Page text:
Brick by Brick and Board by Board we are Putting BC’s Contractors into an Unsustainable Financial Position.
BC Construction Association Responds to Budget 2023
With Budget 2023, BC’s construction industry is left wondering what it means to have BC’s government in its corner. While we welcome the investment in infrastructure and relish the opportunity to build world-class structures that serve our communities, we know that getting it done is not as simple as adding a multi-billion-dollar budget line-item.
Funding infrastructure is important, but it isn’t a golden ticket with a guaranteed outcome. We are not building a brighter future for all British Columbians if we continue to ignore the jeopardy of BC’s more than 25,000 contractors and the 171,000 tradespeople who work for them.
The predicament of many contractors is like that of BC’s overworked nurses. To quote the Minister, “they’ve never been under more stress”. “The status quo is not good enough”. They’re needed to work more and work longer because they’re essential and there aren’t enough of them. But with one crucial difference: the nurses know they will be paid.
Many of the Minister’s statements today are as true for construction workers as for workers from other essential sectors. Making ends meet is as big a challenge for contractors in the context of their business as it is for family budgets. Contractors are working harder than ever but not getting ahead for business reasons that are not addressed. Non-payment and late payment is out of control, right alongside skyrocketing interest rates, cost of materials, and cost of labour.
The result is that investment in infrastructure is becoming a catch-22 for all but BC’s largest contractors, whether open shop or union. Without complementary measures to mitigate the extreme financial risks of late or non-payment, a typical company could go broke building their share of the $4.2BN budgeted for housing. Brutal disregard of contract and payment terms plus skyrocketing costs of borrowing are bringing BC’s construction industry to the breaking point. The result is that contractors government needs might not be there to deliver.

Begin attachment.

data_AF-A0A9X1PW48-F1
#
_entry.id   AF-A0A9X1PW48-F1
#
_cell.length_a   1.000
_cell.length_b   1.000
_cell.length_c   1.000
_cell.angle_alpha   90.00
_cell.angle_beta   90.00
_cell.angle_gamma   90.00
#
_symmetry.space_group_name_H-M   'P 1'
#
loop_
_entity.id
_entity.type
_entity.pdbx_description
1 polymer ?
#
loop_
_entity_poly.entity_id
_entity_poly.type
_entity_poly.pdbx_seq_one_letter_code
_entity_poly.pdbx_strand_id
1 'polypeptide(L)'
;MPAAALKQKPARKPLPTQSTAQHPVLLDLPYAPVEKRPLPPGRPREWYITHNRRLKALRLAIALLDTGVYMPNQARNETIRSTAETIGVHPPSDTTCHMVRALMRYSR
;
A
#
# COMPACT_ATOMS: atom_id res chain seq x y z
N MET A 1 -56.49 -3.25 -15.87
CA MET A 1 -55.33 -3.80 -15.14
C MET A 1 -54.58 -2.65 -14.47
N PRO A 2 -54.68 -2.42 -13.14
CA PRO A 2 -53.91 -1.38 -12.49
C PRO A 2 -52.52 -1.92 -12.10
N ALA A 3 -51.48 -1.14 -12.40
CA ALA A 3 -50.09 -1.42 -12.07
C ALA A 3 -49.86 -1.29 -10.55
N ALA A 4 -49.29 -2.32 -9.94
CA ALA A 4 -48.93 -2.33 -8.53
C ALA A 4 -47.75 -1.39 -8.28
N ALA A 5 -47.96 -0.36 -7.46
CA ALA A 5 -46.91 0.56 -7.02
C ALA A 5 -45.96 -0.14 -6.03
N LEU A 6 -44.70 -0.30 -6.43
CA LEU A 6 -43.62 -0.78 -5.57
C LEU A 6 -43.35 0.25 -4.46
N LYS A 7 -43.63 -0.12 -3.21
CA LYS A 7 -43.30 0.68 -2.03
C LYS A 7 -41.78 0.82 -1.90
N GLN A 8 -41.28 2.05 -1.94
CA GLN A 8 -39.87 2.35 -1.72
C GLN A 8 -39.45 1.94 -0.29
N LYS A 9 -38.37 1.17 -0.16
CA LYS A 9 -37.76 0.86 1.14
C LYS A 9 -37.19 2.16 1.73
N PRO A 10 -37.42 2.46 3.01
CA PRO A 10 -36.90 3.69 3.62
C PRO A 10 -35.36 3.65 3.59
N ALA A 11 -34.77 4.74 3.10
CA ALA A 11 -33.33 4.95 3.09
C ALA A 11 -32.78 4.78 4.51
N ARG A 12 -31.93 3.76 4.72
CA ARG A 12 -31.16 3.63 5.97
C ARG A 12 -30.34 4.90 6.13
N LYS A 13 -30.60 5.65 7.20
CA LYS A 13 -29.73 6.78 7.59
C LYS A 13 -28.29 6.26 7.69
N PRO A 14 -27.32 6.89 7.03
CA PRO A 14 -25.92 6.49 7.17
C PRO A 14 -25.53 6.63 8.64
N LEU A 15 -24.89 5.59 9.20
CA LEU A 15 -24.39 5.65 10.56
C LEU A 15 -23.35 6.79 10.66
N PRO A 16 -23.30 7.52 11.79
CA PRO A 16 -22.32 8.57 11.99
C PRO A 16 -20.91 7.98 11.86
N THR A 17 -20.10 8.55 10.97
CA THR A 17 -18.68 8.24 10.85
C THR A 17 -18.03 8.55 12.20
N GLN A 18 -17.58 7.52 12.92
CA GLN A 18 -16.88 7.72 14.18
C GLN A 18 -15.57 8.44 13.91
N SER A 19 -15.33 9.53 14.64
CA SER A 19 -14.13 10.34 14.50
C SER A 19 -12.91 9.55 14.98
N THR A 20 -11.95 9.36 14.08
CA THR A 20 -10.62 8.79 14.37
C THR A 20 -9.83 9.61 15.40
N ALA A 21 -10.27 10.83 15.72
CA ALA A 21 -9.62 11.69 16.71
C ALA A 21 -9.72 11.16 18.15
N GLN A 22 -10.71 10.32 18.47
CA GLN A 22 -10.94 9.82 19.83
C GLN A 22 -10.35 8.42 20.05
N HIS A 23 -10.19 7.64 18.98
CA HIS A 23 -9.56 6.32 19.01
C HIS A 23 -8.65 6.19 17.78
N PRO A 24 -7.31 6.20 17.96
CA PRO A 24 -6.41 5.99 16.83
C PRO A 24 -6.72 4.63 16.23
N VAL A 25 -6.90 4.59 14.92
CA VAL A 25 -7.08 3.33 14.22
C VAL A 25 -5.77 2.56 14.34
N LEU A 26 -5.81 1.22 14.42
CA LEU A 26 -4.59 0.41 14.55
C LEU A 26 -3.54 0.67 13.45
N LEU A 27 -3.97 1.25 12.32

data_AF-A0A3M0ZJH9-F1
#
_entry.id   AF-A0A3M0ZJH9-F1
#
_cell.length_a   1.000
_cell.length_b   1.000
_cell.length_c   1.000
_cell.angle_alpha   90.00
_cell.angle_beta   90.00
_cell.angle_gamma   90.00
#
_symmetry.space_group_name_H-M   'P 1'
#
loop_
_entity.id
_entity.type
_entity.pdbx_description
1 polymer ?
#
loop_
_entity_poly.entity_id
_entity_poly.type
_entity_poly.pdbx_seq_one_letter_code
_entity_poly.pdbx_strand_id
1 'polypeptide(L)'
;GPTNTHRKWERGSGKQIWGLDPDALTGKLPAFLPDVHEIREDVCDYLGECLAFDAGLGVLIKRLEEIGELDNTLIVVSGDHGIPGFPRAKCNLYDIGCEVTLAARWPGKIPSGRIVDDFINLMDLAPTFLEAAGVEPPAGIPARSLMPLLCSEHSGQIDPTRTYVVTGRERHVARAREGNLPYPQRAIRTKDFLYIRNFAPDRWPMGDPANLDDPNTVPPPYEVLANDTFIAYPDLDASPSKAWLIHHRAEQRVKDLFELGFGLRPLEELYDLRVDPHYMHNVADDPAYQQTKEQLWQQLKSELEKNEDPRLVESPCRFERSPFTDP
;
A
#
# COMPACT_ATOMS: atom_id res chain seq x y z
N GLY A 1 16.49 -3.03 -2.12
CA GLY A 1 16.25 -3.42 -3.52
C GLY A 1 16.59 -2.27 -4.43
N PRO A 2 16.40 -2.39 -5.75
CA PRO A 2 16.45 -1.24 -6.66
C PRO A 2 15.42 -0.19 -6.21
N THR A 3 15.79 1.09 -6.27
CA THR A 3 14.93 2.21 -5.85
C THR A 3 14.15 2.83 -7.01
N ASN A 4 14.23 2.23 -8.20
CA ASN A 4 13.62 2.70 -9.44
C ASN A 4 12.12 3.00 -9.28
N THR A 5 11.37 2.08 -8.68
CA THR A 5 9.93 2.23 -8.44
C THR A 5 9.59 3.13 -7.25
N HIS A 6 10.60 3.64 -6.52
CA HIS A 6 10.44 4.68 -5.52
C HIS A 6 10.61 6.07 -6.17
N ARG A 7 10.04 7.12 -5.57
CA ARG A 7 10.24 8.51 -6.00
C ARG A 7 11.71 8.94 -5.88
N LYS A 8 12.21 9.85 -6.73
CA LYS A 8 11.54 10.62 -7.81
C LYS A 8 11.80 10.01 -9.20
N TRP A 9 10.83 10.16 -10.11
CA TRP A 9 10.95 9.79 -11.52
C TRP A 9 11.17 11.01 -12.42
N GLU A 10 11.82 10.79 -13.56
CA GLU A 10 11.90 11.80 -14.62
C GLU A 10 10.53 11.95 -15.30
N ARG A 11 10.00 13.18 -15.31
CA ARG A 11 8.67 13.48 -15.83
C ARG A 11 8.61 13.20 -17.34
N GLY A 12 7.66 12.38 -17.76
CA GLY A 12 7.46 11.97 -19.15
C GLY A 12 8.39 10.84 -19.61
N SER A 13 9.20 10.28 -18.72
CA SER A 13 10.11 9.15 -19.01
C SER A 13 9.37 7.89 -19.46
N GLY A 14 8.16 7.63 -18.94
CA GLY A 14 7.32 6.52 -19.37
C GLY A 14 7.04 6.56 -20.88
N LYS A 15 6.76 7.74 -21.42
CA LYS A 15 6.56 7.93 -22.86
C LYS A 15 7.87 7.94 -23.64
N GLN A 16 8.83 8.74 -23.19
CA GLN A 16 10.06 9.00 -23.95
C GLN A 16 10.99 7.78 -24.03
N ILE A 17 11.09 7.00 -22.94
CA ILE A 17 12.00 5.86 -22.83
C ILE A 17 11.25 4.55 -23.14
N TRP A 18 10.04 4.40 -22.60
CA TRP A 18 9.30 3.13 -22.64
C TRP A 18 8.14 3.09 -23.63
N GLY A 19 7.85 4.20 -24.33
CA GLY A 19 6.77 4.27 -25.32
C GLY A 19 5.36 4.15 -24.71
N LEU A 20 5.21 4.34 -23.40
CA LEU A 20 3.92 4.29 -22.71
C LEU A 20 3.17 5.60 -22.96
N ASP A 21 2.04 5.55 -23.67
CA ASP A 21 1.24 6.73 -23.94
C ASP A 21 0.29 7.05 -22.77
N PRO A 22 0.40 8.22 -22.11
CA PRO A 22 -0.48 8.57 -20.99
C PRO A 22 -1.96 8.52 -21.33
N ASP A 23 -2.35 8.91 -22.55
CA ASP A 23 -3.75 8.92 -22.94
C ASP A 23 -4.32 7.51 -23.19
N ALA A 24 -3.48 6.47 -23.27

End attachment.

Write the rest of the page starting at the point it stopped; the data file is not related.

Before the budget was announced we could plainly see the impact of increased costs of supplies and labour, the costs of borrowing, and the risks of non-payment on the 21 projects already late and/or over budget. Adding four new projects over $50M will add to the risk – supportive measures must be taken.
Construction needs the same system improvements for labour force development that are happening in healthcare for nurses and other specialty careers. We need express-qualification for internationally educated and trained tradespeople. We’re grateful for new grant programs that include trades training, but it is not enough.
Yes, we want shovels in the ground quickly. We need permitting to work faster, and while adding 160 new public servants is a welcome start, it is not enough.
The single biggest thing BC’s government can do for its 25,000 small and medium construction businesses is provide prompt payment legislation so that they will be reliably paid for the public and private projects they are called to build.
No amount of infrastructure investment will succeed if we don’t reduce the pressures on BC’s builders. They can’t build the hospitals, the schools, the transit networks, the housing, if they don’t have enough workers, and if they can’t count on getting paid for the work they do.
We are not yet certain that government has our back, but we’re open to convincing. The proof, in the form of prompt payment legislation, can’t come fast enough.